Isobel Coleman

Democracy in Development

Coleman maps the intersections between political reform, economic growth, and U.S. policy in the developing world.

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Missing Pieces: Foreign Aid, Global Growth, and More

by Isobel Coleman
January 27, 2012

Kadija Mohamed cooks food for her children in a camp set up for internally displaced people in Dinsoor, Somalia, January 5, 2012 (Feisal Omar/Courtesy Reuters). Kadija Mohamed cooks food for her children in a camp set up for internally displaced people in Dinsoor, Somalia, January 5, 2012 (Feisal Omar/Courtesy Reuters).

Charles Landow reviews writings on the foreign aid debate, global economic growth, democracy in Asia, and state capitalism in this week’s Missing Pieces. Enjoy!

  • Assessing Aid Efforts: Is foreign aid a success or a waste? The debate is long-running. A recent report from Oxfam and Save the Children evaluates international assistance to combat last year’s Horn of Africa famine. It faults donors and relief providers (including those NGOs themselves) for delays in mounting a full response, despite warnings of failing rains starting in 2010. It is a positive example of humanitarian actors holding themselves and others accountable and suggesting ways to improve. Meanwhile, Bill Gates offers a full-throated defense of foreign aid in an International Herald Tribune op-ed this week and his recent Gates Foundation annual letter. He notes that child mortality and extreme poverty in the world have fallen by more than half in the last fifty years, gains he credits “in large part to aid-funded programs to buy vaccines and boost farmers’ productivity.” As he concludes in his letter, “The relatively small amount of money invested in development has changed the future prospects of billions of people—and it can do the same for billions more if we make the choice to continue investing in innovation.” For more on the foreign assistance debate, see video interviews by Isobel Coleman with Don Steinberg, deputy administrator of USAID, and Daniel Yohannes, CEO of the Millennium Challenge Corporation.
  • More Gloomy Global Growth: Following last week’s Global Economic Prospects from the World Bank, the IMF this week released its latest World Economic Outlook. The second sentence sums things up: “Financial conditions have deteriorated, growth prospects have dimmed, and downside risks have escalated.” Developing economies are projected to grow by 5.4 percent this year and 5.9 percent in 2013, reductions of 0.7 and 0.6 percent from the last IMF report in September. Projected growth in China, India, Brazil, and Mexico remains fairly strong, though generally slower than in recent years. In the Middle East, Libya and other oil exporters are expected to fare well; most oil importers’ growth will be “muted.”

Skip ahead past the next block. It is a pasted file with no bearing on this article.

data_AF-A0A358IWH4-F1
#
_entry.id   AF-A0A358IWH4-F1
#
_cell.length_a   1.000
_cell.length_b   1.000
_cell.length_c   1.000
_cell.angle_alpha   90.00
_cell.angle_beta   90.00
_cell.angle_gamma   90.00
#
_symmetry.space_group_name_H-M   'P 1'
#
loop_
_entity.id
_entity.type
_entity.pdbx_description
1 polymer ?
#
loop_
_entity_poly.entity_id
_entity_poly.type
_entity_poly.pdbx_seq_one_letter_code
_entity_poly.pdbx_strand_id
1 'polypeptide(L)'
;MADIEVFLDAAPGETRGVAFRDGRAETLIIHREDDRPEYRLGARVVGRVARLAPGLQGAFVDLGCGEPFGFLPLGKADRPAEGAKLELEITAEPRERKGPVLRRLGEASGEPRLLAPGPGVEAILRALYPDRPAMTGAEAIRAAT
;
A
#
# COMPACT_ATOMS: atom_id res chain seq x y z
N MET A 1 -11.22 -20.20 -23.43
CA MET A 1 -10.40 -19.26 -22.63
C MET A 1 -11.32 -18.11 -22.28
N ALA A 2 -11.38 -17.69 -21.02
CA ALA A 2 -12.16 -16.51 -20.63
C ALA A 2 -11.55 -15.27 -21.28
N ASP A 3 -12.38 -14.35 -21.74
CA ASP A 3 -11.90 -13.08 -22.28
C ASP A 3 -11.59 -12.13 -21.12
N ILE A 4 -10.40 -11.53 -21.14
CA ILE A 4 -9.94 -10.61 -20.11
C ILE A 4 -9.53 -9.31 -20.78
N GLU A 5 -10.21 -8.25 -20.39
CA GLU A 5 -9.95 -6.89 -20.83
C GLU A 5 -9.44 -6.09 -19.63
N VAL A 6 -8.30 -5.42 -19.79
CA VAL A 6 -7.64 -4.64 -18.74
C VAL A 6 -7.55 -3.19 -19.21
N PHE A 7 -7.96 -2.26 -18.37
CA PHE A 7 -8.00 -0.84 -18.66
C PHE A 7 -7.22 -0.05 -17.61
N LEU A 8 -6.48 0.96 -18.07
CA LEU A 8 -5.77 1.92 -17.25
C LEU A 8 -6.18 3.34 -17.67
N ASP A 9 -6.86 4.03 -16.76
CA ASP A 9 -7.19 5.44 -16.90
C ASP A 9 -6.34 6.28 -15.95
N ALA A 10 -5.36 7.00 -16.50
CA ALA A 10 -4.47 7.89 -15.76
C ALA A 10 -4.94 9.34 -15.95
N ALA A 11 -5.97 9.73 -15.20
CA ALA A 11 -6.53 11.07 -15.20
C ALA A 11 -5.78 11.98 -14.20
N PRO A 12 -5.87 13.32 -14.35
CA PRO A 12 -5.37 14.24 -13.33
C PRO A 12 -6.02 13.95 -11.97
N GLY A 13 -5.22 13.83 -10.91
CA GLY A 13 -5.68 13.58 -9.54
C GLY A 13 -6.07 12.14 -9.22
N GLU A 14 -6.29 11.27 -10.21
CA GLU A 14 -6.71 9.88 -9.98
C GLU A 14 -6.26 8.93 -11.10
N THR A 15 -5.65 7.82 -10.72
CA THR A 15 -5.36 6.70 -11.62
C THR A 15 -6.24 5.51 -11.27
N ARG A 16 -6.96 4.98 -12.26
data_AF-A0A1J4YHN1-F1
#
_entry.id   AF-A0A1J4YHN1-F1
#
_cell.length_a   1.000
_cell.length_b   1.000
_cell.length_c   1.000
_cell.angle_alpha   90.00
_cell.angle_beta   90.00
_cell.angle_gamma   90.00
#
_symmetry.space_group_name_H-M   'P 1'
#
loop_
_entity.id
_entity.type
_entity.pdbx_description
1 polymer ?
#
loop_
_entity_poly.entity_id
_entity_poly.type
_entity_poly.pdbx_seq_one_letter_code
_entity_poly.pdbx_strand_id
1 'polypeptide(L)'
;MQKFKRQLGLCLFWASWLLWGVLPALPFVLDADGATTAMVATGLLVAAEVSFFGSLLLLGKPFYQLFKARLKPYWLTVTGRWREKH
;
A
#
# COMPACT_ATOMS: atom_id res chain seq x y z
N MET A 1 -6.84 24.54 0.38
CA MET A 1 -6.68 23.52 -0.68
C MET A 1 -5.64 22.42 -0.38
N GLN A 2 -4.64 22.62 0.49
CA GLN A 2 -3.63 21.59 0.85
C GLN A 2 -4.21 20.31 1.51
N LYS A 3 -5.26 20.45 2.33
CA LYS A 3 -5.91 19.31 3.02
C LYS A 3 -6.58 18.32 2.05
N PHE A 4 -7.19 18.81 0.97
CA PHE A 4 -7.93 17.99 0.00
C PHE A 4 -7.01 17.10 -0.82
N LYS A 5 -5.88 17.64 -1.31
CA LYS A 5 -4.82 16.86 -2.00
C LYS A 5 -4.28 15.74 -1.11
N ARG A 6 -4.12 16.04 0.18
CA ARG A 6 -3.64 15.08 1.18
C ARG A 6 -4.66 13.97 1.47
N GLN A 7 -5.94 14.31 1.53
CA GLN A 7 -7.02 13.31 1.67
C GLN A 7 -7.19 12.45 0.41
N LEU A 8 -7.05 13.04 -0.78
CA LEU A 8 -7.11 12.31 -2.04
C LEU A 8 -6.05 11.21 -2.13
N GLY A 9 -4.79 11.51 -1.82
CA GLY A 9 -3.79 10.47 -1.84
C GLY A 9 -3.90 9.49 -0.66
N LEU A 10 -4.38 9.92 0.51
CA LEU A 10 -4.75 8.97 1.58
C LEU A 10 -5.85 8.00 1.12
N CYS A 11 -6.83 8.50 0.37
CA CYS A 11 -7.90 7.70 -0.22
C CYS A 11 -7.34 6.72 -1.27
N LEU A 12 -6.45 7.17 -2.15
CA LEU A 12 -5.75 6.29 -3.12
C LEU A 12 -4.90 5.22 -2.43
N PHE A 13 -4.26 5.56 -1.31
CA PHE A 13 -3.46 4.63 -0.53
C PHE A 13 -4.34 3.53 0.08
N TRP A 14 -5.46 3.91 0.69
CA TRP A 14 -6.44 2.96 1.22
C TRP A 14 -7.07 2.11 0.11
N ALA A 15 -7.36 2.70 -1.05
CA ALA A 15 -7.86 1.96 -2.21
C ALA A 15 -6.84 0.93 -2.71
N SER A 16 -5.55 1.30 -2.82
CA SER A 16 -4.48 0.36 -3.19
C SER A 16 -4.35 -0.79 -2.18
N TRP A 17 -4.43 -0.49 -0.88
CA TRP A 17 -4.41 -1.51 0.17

• Asia’s Democratic Age? In a recent Journal of Democracy article posted this week on TheAtlantic.com, Larry Diamond argues that East Asia, not the Middle East, is the likeliest locus of democratic advance in the coming decades. Singapore’s politics are growing more competitive and its society more open. Opponents of Malaysia’s long-entrenched ruling party are gaining. Thailand has “apparently” re-established electoral democracy. Burma has launched heartening reforms. And in China, Diamond concludes, growing wealth and modernization, frustrations over corruption and environmental ills, Taiwan’s democratic example, and difficult demographic trends could topple the Communist Party—“quite possibly within the next ten years.”
  • State Capitalism: An Economist article and special report examine state capitalism, a hallmark of development in many emerging markets, where government ownership, control, or support has spawned giant firms ranging from PetroChina to Dubai Ports. The report examines the flavors of state capitalism in Brazil, China, Russia, and the Persian Gulf, revealing a continuum of government involvment and a range of techniques for melding corporate and political power. State capitalism has built strong infrastructure and produced globally competitive firms, the report says. But it cites “fatal flaws” in the state capitalist model, including corruption, political interference, and excessively concentrated authority.

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